Wednesday, 17th August 2016
In General Japan News,
Japanese opposition frontrunner slams Abenomics
The candidate most likely to become the leader of Japan’s main opposition party has spoken out about prime minister Shinzo Abe’s economic policies.
Renho, who goes by her given name, could head up the Democratic Party and become its first ever female leader.
She has said that Abenomics has stalled and that the country’s politicians need to start putting people ahead of corporations.
The Democratic Party is much in need of a facelift, after three years in power handed a landslide victory to Abe’s Liberal Democratic Party in 2012.
That spell of government was characterised by infighting, unkept promises and backtracking on some of its headline policies.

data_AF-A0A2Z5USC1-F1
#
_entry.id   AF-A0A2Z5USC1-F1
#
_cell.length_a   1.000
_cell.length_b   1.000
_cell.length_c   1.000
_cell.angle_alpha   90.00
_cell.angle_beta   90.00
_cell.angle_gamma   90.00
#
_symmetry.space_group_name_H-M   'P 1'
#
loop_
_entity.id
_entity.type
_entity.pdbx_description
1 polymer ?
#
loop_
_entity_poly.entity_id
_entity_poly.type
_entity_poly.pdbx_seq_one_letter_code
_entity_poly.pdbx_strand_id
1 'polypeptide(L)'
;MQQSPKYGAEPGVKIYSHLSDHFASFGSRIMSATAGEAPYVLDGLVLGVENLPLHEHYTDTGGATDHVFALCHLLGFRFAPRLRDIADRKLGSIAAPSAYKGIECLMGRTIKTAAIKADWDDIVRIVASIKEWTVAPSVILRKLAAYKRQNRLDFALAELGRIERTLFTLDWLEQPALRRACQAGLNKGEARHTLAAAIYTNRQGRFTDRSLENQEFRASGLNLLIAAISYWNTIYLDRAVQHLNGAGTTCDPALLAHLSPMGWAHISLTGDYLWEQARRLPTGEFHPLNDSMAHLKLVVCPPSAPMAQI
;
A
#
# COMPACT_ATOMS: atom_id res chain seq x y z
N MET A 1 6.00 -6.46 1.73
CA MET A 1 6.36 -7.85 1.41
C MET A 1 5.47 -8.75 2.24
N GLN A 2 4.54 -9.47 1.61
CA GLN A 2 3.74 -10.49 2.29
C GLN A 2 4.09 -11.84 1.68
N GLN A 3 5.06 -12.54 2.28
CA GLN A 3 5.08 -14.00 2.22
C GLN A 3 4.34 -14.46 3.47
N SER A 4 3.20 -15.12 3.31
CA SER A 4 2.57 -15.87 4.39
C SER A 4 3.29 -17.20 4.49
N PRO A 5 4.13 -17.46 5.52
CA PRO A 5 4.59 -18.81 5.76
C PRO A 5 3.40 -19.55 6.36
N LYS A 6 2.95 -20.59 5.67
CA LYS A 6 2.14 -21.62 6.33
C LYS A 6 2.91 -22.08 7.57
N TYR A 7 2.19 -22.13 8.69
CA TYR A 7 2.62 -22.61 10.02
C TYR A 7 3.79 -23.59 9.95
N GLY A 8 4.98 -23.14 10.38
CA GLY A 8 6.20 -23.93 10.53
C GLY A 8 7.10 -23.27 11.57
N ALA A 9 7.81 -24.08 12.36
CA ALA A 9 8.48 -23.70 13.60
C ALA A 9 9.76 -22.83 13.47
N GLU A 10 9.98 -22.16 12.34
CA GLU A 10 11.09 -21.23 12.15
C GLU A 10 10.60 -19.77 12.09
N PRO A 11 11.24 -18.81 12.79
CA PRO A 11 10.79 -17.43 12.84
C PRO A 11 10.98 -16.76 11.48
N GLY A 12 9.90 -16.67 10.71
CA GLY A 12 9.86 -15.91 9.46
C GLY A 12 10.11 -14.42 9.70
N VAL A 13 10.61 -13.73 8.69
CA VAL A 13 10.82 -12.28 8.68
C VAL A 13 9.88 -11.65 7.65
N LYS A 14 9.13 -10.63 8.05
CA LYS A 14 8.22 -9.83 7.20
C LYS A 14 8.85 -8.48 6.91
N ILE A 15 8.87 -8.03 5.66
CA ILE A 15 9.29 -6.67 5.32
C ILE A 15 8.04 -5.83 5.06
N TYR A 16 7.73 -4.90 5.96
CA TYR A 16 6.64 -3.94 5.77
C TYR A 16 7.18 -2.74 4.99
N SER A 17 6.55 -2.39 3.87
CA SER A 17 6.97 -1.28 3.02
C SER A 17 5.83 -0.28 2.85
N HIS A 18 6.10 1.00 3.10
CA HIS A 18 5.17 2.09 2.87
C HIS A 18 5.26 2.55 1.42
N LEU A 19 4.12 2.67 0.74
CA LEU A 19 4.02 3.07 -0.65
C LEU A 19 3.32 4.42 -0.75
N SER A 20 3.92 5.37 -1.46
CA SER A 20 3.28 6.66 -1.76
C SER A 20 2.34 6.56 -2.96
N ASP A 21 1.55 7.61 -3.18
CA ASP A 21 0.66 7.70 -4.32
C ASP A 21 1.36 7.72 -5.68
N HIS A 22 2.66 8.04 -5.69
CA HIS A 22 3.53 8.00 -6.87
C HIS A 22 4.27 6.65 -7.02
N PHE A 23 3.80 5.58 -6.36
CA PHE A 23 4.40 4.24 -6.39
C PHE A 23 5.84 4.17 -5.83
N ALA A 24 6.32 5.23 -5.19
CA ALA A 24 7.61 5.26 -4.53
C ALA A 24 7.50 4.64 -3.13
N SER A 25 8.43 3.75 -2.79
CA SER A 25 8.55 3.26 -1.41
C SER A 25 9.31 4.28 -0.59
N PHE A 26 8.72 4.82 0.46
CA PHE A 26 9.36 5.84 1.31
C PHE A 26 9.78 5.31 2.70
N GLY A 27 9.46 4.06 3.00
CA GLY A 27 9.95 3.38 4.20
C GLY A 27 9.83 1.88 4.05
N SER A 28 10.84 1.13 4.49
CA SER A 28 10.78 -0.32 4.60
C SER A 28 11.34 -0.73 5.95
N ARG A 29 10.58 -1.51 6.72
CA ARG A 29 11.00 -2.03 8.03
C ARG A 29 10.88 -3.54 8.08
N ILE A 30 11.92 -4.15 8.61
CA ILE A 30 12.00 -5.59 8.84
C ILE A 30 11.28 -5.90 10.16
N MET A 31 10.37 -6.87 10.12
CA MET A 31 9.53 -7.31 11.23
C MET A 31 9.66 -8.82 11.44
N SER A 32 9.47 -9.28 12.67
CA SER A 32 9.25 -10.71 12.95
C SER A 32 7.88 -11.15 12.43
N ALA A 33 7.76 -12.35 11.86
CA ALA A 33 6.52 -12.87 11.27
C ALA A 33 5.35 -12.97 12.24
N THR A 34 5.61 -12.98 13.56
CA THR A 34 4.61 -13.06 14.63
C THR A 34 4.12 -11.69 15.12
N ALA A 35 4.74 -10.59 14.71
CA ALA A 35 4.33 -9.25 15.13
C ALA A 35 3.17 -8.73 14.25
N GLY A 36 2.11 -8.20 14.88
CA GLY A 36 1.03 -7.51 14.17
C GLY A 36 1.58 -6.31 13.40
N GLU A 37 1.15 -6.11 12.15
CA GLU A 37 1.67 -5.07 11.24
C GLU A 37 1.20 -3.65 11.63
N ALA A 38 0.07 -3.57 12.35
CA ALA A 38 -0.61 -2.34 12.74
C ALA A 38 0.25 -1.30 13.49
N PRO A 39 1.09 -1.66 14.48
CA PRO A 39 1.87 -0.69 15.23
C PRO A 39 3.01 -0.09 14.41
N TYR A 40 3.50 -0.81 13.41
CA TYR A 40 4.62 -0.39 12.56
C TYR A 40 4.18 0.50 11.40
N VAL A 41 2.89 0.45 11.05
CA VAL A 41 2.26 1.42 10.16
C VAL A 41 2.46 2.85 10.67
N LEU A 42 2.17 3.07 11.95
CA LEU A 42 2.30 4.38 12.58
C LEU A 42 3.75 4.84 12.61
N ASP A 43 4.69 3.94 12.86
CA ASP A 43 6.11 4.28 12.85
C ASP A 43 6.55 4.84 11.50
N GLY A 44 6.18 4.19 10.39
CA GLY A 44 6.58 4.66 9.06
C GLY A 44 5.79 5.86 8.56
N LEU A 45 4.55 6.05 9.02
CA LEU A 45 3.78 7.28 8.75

Now, Renho, a former TV presenter, aims to change the party’s reputation and present a clear opposition to Abe and his style of government.
She told Reuters: "It has become clear during the past three years that trickle-down policies aiming to enrich exporting firms by engineering a weak yen and fiscal spending focused on public works have reached their limits.
"One economic policy solution is to spend money on individuals."
As a mother of 19-year-old twins, Renho promotes policies that support working women and aims to ease the financial burden associated with rearing children in Japan, should she be elected.
The vote on the future leadership of the Democratic Party is scheduled for September 15th and so far, Renho is the only candidate to put herself forward.
She is known for her trademark white outfits and is one of a number of women starting to balance out gender roles in Japanese politics, which has traditionally been dominated by men.
Yuriko Koike, former defence minister, is now the first female governor of Tokyo, after Yoichi Masuzoe resigned earlier this year.